The state of the AppleTV is 100% due to Apple failing to give a crap about it.



    I couldn't agree more. I've had my Apple TV since it was released, and I've seen hardly an effort put into this device. The last activity we've had from Apple is when they added YouTube on June 20. Big f-deal. Trying to use YouTube with the Apple remote is like trying to chew without teeth.



    I've rarely watched a movie all the way through without having to get up and reset something. My Mac will lose the connection, or the Apple TV will lose the connection, or error messages such as the media is not readable when it is.



    It's one of Apple's pet projects they use to test the waters with, like .Mac. Fortunately I only spent $200.



    Since Apple has basically created a dumpster baby with the Mac Mini and Apple TV. I'm confident they will release a product that combines both, since it would be stupid to give up on streaming media.



    And frankly, I don't mind going to NBC and ABC's web site to watch a show I missed. TV networks posting their shows for free on their web sites is just common sense.
  • Reply 10 of 222
    kreshkresh Posts: 379member
    Why does AI keep posting this Apple Bashing tripe from a known Apple Bashing hate group?



    Let's see, they pulled an arbitrary number out of their ass and now they jump all over Apple because they didn't meet this number?



    How freaking simplistic can you be?



    Edit: Why don't we revisit Forrester and their past fiascos? Anyone remember the doom and gloom that Itunes was dead? This group has less than Zero credibility!
  • Reply 11 of 222
    melgrossmelgross Posts: 31,992member
    Quote:
    Originally Posted by Clive At Five View Post


    Hmm let's see what went wrong here...



    iTunes video is low-quality & too expensive. Plus watching video is more of a commitment than listening to music. It requires your attention, unlike music. Not to mention that a TV show lasts 22 minutes or more, whereas a song lasts roughly 4 minutes. For this reason, it's unrealistic for people to want to own video, as there's less time to watch it. Renting is the obvious answer to this problem. Cheaper and less committal.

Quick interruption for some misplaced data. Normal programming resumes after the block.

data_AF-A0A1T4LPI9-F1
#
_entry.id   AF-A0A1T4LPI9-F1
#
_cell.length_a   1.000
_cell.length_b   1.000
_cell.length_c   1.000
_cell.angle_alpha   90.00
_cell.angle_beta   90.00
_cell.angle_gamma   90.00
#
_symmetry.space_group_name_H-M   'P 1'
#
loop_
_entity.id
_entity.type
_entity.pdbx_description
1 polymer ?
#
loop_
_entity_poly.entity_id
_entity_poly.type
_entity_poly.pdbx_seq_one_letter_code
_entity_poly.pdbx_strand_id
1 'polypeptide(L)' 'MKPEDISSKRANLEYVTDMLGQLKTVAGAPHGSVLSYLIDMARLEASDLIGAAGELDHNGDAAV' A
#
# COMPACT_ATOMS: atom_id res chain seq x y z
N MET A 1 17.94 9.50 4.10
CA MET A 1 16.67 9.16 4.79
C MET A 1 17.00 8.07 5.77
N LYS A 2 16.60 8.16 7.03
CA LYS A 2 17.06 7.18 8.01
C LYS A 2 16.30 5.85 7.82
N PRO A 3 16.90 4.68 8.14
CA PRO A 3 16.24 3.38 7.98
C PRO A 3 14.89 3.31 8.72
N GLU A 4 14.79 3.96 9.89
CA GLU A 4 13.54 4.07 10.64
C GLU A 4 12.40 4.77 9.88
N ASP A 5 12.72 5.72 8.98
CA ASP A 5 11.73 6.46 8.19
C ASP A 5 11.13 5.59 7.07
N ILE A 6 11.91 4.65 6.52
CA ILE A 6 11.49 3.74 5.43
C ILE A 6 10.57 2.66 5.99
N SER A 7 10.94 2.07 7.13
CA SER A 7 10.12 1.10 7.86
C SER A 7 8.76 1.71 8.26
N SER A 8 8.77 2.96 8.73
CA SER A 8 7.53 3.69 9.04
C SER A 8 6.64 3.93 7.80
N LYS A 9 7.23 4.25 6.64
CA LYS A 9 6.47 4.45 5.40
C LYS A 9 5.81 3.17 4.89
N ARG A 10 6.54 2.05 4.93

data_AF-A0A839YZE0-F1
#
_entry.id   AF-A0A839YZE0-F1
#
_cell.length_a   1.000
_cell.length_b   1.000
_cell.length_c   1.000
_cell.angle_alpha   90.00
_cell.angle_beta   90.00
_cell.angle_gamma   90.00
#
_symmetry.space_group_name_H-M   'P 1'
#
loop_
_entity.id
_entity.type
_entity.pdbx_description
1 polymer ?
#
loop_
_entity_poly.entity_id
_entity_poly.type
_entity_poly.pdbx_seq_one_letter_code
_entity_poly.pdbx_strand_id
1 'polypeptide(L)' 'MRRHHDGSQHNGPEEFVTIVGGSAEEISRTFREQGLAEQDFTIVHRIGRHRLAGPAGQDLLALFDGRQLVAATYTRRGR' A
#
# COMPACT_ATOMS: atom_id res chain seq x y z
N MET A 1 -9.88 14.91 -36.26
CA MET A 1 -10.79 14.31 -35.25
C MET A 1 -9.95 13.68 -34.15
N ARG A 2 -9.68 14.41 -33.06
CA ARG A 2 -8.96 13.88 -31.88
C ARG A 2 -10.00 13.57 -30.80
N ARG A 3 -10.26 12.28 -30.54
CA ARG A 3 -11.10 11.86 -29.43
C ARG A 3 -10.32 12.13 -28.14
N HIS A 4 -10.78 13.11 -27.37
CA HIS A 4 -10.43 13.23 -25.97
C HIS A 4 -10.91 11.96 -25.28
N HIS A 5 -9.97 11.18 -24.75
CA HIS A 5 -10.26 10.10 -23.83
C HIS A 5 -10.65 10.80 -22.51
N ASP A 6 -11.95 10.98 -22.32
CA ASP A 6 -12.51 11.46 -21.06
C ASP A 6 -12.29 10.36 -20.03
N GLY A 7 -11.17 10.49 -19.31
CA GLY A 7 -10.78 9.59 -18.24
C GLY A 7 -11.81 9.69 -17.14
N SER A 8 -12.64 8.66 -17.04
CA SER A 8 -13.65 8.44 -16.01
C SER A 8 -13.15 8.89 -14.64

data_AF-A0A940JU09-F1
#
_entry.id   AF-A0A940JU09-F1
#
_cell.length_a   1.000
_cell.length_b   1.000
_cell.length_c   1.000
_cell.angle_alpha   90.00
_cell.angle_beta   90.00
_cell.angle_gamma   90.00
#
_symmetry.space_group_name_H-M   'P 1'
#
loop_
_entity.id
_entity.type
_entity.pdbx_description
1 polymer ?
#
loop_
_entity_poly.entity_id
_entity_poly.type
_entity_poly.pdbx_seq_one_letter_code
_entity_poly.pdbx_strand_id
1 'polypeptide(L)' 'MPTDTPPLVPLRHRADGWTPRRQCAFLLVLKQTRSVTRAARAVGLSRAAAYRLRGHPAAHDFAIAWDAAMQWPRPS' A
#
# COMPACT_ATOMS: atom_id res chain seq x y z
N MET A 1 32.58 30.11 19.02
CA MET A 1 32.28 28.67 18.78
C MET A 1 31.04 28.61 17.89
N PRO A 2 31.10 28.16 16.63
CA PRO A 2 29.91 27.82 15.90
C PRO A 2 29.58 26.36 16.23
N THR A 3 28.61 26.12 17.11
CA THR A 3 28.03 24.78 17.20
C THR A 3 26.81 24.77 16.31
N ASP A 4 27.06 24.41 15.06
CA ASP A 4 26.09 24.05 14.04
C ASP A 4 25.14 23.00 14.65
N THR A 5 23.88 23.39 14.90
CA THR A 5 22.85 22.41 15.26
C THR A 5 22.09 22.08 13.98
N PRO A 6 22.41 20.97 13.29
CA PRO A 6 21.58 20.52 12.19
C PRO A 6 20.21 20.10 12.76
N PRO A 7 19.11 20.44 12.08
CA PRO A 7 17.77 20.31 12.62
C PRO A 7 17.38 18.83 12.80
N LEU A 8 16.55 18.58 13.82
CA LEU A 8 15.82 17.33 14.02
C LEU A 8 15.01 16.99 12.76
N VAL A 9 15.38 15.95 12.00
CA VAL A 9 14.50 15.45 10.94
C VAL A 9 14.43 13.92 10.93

Then there's aTV. TOO DAMN EXPENSIVE! For that price it should have a DVD player, and/or DVR. I know those technologies compete with the iTS, but it would still mean extra $$ in Apple's pocket. With the iTS video aisle the way it is, I'd say screw it and include these technologies. If Apple had a DVR that could capture and export to iTunes quickly and easily, so that you could upload to your iPhone or iPod........ now THAT would be a technology worth purchasing.



    aTV and the iTS video section are both failures in my eyes.



    I would've liked to have had an aTV too... except I'm resorting to a Mini so I can have DVR.



    -Clive



    Yeah, I'm surprised that Apple hasn't already upgraded this thing. Maybe we'll see something at Macworld.



    Apple is too stuck on what it wants everyone to do, rather than seeing what everyone wants to do. Trying to force everyone to iTunes is not working for video. If they can't see that, they are in trouble.
  • Reply 12 of 222
    melgrossmelgross Posts: 31,992member
    Quote:
    Originally Posted by kresh View Post


    Why does AI keep posting this Apple Bashing tripe from a known Apple Bashing hate group?



    Let's see, they pulled an arbitrary number out of their ass and now they jump all over Apple because they didn't meet this number?



    How freaking simplistic can you be?



    It isn't Apple bashing, it's reality. Most of us here can see that.
  • Reply 13 of 222
    solipsismsolipsism Posts: 25,726member
    Quote:
    Originally Posted by AppleInsider View Post